Preserved Lemons add Sunny Warmth to Winter Dishes
The bright bitter taste of preserved lemons adds a compelling flavour to all sorts of dishes.
Have you ever been cooking a Mediterranean-inspired winter stew and thought, hmmm, this needs just a little something...?
That "something" that works for me is the bright bitter edge of preserved lemons. They add a compelling flavour that can lift a stew that's heavy with tomato, chickpeas and warming spices.
Preserved lemons can also add oomph to couscous and I have a tasty recipe of my mom's for preserved lemons tossed with homemade pasta, garlic and parmesan. All that to say, preserved lemons are really versatile.
My favourite ways to use preserved lemons are in stewed Moroccan chicken and Moroccan chickpea stew. For both recipes I include the pulp in the stew, along with the rind. (For couscous and salad recipes I use only the rind.)
Preserved lemons aren't just for savoury dishes. Next on my list to try is a preserved lemon pound cake shared by a friend.
To use the lemons:
To use the lemons, remove and discard the pulp and scrape off some of the pith then rinse and dice. If you're using the pulp too simply rinse and chop.
In the winter I often preserve meyer lemons. Small, thin skinned and distinctively delicious, meyer lemons are perfect for preserving. Any type of lemon is delicious preserved, but thin-skinned varieties are best.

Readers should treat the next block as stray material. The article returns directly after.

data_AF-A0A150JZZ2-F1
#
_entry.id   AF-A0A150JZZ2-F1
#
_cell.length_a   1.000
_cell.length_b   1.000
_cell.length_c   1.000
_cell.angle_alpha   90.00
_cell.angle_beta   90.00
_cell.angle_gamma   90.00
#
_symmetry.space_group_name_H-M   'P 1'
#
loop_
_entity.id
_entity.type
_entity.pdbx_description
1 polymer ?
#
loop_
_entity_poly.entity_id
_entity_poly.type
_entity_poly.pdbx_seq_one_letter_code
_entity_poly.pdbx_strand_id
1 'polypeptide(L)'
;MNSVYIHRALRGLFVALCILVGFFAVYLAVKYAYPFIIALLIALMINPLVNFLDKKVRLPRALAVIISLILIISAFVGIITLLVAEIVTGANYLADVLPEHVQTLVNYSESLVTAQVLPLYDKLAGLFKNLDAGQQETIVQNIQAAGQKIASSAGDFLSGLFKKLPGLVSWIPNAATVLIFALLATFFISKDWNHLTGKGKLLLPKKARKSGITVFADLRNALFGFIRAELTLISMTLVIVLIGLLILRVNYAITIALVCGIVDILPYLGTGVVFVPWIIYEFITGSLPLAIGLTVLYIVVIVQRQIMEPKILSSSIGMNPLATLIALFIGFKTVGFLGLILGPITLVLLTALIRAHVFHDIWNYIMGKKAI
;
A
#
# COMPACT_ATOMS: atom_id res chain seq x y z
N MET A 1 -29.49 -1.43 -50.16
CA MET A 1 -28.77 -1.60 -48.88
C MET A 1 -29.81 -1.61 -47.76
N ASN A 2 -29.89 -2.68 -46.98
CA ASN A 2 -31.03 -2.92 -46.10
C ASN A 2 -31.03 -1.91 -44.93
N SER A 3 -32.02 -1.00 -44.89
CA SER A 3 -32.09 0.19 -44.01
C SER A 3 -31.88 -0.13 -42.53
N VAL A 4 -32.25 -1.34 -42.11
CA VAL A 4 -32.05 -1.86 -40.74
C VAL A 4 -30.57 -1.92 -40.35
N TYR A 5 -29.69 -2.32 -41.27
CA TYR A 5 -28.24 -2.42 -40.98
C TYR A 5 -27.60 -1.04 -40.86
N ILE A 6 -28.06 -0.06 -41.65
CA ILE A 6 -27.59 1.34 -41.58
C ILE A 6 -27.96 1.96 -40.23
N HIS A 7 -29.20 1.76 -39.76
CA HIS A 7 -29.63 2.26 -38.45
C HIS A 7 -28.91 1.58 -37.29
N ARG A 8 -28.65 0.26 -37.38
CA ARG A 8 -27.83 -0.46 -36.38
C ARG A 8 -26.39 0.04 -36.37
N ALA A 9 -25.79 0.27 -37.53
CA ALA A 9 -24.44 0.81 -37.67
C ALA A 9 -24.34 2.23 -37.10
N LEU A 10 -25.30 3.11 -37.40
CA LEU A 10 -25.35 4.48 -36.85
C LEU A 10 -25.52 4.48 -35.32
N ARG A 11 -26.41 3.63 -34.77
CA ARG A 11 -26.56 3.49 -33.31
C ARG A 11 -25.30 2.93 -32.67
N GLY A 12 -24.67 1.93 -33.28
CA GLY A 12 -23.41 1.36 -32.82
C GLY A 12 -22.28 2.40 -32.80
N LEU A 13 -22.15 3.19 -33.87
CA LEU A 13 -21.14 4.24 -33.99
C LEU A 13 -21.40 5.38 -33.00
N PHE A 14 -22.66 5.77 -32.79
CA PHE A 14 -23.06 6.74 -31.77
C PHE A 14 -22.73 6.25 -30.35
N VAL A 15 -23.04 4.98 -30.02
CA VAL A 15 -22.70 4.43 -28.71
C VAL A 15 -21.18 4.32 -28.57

This recipe is from Paula Wolfert, a well-known authority on Mediterranean cooking who has a special fondness for the cuisine of North Africa. Sometimes I add a bay leaf and a couple of cardamom pods to the recipe below, for variety.
Green tip: Use organic lemons if you can find them, since it's the skin you'll be eating.
How to Make Preserved LemonsIngredients:
- 2 ripe lemons
- 1/3 cup coarse sea salt
- ½ cup fresh lemon juice
- Scrub the lemons and dry well. Cut each into 8 wedges. (You can keep the wedges intact at the bottom, if you like.)
- Toss them with the salt or stuff them with salt if you're leaving the wedges connected.
- Place in a sterilized ½ pint glass jar. Pour in the lemon juice to cover.
- Close the jar tightly and let the lemons ripen at room temperature for 7 days, shaking the jar each day to distribute the salt and juice.
- Store in the refrigerator for up to 6 months.